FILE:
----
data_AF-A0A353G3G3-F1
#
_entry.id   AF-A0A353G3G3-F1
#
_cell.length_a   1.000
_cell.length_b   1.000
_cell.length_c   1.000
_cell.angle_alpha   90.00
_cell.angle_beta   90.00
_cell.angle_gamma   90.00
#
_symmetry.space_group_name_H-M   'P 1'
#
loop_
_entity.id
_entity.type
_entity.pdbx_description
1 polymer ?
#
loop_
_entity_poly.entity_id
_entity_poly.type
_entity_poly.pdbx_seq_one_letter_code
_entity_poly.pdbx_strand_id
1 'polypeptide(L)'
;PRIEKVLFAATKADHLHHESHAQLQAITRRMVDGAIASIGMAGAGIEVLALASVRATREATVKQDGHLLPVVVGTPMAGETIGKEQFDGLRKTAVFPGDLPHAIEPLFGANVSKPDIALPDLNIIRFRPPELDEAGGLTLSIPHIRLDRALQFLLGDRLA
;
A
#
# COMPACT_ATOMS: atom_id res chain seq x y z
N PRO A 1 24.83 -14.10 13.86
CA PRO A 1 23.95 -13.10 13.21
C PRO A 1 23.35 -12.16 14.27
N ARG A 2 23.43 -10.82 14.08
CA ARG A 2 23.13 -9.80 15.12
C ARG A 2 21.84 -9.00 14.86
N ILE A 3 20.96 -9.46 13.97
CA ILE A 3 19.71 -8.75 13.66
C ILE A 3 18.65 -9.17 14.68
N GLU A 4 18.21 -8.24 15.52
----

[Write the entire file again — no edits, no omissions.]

data_AF-A0A353G3G3-F1
#
_entry.id   AF-A0A353G3G3-F1
#
_cell.length_a   1.000
_cell.length_b   1.000
_cell.length_c   1.000
_cell.angle_alpha   90.00
_cell.angle_beta   90.00
_cell.angle_gamma   90.00
#
_symmetry.space_group_name_H-M   'P 1'
#
loop_
_entity.id
_entity.type
_entity.pdbx_description
1 polymer ?
#
loop_
_entity_poly.entity_id
_entity_poly.type
_entity_poly.pdbx_seq_one_letter_code
_entity_poly.pdbx_strand_id
1 'polypeptide(L)'
;PRIEKVLFAATKADHLHHESHAQLQAITRRMVDGAIASIGMAGAGIEVLALASVRATREATVKQDGHLLPVVVGTPMAGETIGKEQFDGLRKTAVFPGDLPHAIEPLFGANVSKPDIALPDLNIIRFRPPELDEAGGLTLSIPHIRLDRALQFLLGDRLA
;
A
#
# COMPACT_ATOMS: atom_id res chain seq x y z
N PRO A 1 24.83 -14.10 13.86
CA PRO A 1 23.95 -13.10 13.21
C PRO A 1 23.35 -12.16 14.27
N ARG A 2 23.43 -10.82 14.08
CA ARG A 2 23.13 -9.80 15.12
C ARG A 2 21.84 -9.00 14.86
N ILE A 3 20.96 -9.46 13.97
CA ILE A 3 19.71 -8.75 13.66
C ILE A 3 18.65 -9.17 14.68
N GLU A 4 18.21 -8.24 15.52